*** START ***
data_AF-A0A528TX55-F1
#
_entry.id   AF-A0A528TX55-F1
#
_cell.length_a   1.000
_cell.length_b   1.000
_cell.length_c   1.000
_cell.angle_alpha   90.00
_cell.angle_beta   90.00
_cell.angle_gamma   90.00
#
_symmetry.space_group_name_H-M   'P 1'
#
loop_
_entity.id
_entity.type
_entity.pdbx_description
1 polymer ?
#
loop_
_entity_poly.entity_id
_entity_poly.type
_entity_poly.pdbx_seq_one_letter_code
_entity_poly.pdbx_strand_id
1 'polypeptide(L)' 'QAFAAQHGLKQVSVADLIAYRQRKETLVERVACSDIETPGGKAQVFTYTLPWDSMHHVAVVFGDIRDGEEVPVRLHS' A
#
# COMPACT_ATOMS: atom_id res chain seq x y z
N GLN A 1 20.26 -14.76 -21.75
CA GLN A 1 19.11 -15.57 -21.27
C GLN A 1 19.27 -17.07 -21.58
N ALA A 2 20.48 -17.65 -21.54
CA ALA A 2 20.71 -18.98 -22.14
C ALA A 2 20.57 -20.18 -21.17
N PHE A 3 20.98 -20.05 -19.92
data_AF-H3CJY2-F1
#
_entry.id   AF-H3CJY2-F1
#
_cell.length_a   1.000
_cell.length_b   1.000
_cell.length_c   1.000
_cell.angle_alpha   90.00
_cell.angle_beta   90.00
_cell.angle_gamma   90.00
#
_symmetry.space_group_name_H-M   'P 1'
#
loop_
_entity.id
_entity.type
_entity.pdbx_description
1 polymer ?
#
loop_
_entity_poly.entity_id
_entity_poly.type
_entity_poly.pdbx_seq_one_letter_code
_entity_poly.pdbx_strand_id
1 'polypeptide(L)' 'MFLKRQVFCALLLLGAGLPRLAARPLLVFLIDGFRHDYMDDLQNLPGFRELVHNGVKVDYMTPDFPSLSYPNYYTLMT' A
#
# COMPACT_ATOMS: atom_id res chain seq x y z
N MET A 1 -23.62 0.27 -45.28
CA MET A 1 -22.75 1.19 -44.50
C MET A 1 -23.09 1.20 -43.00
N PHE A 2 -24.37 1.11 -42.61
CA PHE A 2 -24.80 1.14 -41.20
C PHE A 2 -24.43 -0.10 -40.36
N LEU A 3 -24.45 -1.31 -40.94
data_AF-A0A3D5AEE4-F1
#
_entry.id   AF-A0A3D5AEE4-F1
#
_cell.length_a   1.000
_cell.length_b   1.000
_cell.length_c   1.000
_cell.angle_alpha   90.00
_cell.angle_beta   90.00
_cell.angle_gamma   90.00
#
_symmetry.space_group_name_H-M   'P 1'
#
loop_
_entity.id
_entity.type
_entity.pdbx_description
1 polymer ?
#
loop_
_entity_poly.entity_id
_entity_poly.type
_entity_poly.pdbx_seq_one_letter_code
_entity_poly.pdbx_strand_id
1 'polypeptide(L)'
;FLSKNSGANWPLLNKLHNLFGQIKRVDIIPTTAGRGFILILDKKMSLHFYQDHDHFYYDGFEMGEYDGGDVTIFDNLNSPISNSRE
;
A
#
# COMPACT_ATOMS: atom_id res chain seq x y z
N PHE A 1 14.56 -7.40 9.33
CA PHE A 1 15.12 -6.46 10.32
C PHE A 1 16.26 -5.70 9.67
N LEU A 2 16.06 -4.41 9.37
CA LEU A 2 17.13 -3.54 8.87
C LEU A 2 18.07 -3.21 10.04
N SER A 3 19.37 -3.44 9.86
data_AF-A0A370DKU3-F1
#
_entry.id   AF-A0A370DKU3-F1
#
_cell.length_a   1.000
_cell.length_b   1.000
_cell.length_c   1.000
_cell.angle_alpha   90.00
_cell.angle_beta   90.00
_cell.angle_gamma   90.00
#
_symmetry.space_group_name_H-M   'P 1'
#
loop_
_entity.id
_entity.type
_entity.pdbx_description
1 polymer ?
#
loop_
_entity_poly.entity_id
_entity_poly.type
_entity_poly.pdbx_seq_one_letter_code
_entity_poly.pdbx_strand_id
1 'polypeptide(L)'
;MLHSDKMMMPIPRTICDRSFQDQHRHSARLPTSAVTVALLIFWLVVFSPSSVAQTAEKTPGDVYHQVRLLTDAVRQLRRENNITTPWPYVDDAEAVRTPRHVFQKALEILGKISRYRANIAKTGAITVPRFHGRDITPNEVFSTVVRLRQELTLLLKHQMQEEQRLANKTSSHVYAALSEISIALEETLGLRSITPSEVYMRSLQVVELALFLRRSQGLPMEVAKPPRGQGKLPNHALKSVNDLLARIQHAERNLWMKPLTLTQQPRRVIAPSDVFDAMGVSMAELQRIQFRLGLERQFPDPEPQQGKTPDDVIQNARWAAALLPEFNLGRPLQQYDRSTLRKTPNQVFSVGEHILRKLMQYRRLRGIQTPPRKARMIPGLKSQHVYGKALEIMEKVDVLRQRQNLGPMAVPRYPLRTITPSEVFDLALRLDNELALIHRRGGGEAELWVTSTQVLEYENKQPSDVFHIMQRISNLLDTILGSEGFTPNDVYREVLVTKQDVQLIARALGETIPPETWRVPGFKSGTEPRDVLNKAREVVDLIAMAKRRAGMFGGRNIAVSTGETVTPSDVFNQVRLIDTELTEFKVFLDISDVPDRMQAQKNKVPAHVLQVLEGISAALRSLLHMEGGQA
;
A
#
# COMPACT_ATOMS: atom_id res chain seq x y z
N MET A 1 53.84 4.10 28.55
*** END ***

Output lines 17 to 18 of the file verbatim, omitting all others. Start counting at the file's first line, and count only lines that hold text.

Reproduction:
_entity.pdbx_description
1 polymer ?